In a world where the average size of cars appears to increase with every passing year, it’s good to remember that there are still cars that aren’t physically huge. The Mazda 3 is the smallest car in the Japanese brand’s portfolio, and one of the longtime favourites among Russian buyers. It might also be one of the best value propositions full stop.
Mazda has long been high on my list of car brands who “get it”. Stick to what matters, and don’t bother making things more complicated just for the sake of it. Each and every model they make feels like it was engineered by people who know what a car is supposed to drive like, even though they’re not exactly tasked with building a pure driver’s car. The seating position, the weight of the controls and the set-up of the suspension are all spot on. Within the first couple hundred meters of driving one, I’m already used to it. Add to that Mazda’s well-earned reputation for reliability and it’s easy to understand why they sell as many cars as they do.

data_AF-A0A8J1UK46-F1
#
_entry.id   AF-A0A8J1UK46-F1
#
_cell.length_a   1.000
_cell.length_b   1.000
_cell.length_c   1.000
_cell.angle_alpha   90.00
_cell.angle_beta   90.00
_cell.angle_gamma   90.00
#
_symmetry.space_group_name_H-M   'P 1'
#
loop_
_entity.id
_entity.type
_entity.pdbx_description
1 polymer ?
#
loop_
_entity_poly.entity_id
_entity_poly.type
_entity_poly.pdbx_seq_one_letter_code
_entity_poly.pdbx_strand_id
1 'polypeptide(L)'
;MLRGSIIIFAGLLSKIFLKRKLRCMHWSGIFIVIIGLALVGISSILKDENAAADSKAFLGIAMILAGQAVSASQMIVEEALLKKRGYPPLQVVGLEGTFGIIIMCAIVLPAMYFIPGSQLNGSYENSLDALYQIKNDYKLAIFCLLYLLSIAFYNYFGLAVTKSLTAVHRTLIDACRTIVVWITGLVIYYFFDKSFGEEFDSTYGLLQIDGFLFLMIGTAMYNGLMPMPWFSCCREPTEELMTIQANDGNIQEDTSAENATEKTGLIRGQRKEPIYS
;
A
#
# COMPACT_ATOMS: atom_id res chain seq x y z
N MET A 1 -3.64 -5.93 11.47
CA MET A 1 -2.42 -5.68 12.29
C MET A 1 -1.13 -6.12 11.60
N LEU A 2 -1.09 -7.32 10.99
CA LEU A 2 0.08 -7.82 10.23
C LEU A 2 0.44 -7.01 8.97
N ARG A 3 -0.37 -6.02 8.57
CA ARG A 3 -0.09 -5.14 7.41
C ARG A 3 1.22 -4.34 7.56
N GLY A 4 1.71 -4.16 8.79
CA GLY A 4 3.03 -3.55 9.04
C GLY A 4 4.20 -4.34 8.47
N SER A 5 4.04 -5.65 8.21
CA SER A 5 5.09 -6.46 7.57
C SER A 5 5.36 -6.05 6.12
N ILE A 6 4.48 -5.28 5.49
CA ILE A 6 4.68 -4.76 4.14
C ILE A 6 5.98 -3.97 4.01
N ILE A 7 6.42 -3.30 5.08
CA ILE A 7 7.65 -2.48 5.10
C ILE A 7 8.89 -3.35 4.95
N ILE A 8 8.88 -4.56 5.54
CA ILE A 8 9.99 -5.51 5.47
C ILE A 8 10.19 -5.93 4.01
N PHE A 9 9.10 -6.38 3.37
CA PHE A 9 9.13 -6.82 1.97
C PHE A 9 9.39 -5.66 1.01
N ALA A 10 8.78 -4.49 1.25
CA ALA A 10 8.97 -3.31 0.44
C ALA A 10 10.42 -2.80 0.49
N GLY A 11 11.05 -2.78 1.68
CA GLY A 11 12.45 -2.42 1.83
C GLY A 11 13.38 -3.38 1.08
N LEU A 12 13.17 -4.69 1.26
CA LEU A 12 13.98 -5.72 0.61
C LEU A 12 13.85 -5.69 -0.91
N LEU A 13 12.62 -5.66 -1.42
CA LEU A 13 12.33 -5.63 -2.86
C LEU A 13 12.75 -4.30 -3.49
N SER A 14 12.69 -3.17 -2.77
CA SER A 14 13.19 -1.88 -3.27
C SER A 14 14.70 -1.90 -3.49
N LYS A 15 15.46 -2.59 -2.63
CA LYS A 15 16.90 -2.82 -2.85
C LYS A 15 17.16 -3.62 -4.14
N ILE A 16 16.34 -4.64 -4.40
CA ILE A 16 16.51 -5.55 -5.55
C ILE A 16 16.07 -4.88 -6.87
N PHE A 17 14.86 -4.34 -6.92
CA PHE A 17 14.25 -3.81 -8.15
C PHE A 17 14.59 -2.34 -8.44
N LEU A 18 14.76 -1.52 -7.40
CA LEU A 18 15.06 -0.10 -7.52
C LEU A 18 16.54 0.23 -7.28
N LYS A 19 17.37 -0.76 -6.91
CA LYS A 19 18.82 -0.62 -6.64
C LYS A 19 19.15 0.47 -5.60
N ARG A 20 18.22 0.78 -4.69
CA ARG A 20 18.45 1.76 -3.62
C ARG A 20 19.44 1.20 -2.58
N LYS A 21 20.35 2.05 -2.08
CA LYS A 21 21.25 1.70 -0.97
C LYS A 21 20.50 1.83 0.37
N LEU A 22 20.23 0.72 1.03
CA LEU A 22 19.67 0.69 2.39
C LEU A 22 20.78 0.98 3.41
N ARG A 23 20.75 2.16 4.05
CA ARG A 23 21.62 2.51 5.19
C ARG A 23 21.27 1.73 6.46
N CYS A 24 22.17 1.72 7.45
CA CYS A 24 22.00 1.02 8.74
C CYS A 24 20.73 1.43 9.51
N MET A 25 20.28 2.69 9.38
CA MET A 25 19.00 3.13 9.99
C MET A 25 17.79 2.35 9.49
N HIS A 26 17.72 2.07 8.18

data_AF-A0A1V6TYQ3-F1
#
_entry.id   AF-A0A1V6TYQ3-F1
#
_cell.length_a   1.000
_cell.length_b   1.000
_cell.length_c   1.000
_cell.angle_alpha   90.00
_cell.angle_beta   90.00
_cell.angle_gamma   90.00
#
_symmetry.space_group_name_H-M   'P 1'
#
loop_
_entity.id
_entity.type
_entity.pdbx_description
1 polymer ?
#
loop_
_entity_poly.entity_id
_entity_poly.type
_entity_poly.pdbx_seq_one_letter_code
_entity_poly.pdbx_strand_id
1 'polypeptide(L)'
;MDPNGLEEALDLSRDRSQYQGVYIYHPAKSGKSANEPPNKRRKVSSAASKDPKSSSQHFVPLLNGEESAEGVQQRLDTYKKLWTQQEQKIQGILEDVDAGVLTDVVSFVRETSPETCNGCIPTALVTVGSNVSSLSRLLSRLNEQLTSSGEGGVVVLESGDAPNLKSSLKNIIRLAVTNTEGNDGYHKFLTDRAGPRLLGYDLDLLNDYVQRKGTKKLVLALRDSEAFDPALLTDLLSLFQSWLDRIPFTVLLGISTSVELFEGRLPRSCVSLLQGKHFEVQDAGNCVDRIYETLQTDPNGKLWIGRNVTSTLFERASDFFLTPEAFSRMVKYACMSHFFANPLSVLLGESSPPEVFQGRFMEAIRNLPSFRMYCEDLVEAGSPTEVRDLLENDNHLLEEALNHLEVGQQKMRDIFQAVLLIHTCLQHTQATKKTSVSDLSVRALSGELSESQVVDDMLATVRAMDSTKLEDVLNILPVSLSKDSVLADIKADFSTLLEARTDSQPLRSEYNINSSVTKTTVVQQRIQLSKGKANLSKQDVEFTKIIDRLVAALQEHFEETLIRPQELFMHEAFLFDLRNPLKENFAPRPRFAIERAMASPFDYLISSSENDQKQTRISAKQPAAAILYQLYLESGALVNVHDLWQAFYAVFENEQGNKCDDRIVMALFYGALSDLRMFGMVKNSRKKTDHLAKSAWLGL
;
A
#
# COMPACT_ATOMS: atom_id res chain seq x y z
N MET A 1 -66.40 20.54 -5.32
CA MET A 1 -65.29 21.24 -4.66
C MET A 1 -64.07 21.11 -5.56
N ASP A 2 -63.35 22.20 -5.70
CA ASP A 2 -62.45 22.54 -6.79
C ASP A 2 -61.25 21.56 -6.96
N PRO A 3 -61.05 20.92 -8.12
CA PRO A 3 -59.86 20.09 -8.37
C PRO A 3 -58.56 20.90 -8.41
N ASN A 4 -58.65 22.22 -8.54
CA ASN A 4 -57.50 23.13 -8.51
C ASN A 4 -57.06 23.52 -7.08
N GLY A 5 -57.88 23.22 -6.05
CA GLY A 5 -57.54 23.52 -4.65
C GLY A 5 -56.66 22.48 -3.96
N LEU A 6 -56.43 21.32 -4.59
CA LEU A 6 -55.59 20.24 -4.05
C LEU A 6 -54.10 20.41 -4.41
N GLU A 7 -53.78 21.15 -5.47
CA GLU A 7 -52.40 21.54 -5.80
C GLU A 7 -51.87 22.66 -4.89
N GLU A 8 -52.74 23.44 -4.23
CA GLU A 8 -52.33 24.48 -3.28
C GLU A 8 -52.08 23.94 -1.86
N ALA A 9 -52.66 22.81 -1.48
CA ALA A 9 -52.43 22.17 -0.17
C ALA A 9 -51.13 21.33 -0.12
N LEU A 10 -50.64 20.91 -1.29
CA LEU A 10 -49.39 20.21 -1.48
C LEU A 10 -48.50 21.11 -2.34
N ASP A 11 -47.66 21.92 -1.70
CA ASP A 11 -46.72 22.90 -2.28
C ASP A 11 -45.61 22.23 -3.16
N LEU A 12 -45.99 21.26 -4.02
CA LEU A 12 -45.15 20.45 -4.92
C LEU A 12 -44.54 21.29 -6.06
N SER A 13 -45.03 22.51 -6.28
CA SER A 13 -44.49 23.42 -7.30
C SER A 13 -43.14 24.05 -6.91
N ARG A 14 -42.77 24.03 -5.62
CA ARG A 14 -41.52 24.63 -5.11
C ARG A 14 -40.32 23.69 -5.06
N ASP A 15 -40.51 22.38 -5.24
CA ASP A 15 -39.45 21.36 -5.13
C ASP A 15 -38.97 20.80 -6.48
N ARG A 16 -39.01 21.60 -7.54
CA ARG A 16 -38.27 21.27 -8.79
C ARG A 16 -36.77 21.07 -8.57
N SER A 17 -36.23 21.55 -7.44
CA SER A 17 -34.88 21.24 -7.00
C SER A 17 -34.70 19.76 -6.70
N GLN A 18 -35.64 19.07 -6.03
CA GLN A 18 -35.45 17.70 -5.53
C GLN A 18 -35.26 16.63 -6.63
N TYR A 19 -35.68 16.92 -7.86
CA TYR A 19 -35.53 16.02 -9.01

The Mazda 3 line-up for the Russian market is remarkably simple. It can be had as a hatchback or sedan, each with 2 engine choices and 3 trim levels. There’s a configurator on their website, but if you’re looking for a good way to waste time I’d recommend skipping it. The main choice is between the 120 horsepower 1.5L or 150 horsepower 2.0 engines. My test car had the latter, of course. All cars are front wheel drive only and the the three trim levels are “drive” “active” and “supreme” with each step getting more standard equipment included in the price. All except for the 1.5 litre version in its most basic trim get an automatic 6-speed gearbox, with a 6-speed manual reserved for the cheapest model only. Which might be a bit of a shame, actually, but more on that later.